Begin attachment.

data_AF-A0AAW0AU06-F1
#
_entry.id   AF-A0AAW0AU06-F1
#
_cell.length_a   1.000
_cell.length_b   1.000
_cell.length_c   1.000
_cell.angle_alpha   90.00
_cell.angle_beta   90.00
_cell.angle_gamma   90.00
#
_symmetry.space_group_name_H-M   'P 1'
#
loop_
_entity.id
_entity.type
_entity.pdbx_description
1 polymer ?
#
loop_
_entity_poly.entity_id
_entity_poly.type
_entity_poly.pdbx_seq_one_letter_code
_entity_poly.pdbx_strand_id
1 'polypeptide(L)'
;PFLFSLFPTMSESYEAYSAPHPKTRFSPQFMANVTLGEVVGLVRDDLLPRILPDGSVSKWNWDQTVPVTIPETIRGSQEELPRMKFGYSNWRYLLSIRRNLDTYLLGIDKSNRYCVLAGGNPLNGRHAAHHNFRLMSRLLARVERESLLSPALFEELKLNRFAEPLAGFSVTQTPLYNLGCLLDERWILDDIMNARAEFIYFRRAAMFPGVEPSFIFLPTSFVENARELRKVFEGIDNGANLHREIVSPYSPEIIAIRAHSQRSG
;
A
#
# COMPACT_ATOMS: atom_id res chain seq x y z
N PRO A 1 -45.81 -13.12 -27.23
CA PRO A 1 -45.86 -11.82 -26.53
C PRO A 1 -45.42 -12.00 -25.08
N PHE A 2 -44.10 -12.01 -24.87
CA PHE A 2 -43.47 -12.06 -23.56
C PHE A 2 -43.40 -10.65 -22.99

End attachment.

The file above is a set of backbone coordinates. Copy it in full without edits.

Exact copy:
data_AF-A0AAW0AU06-F1
#
_entry.id   AF-A0AAW0AU06-F1
#
_cell.length_a   1.000
_cell.length_b   1.000
_cell.length_c   1.000
_cell.angle_alpha   90.00
_cell.angle_beta   90.00
_cell.angle_gamma   90.00
#
_symmetry.space_group_name_H-M   'P 1'
#
loop_
_entity.id
_entity.type
_entity.pdbx_description
1 polymer ?
#
loop_
_entity_poly.entity_id
_entity_poly.type
_entity_poly.pdbx_seq_one_letter_code
_entity_poly.pdbx_strand_id
1 'polypeptide(L)'
;PFLFSLFPTMSESYEAYSAPHPKTRFSPQFMANVTLGEVVGLVRDDLLPRILPDGSVSKWNWDQTVPVTIPETIRGSQEELPRMKFGYSNWRYLLSIRRNLDTYLLGIDKSNRYCVLAGGNPLNGRHAAHHNFRLMSRLLARVERESLLSPALFEELKLNRFAEPLAGFSVTQTPLYNLGCLLDERWILDDIMNARAEFIYFRRAAMFPGVEPSFIFLPTSFVENARELRKVFEGIDNGANLHREIVSPYSPEIIAIRAHSQRSG
;
A
#
# COMPACT_ATOMS: atom_id res chain seq x y z
N PRO A 1 -45.81 -13.12 -27.23
CA PRO A 1 -45.86 -11.82 -26.53
C PRO A 1 -45.42 -12.00 -25.08
N PHE A 2 -44.10 -12.01 -24.87
CA PHE A 2 -43.47 -12.06 -23.56
C PHE A 2 -43.40 -10.65 -22.99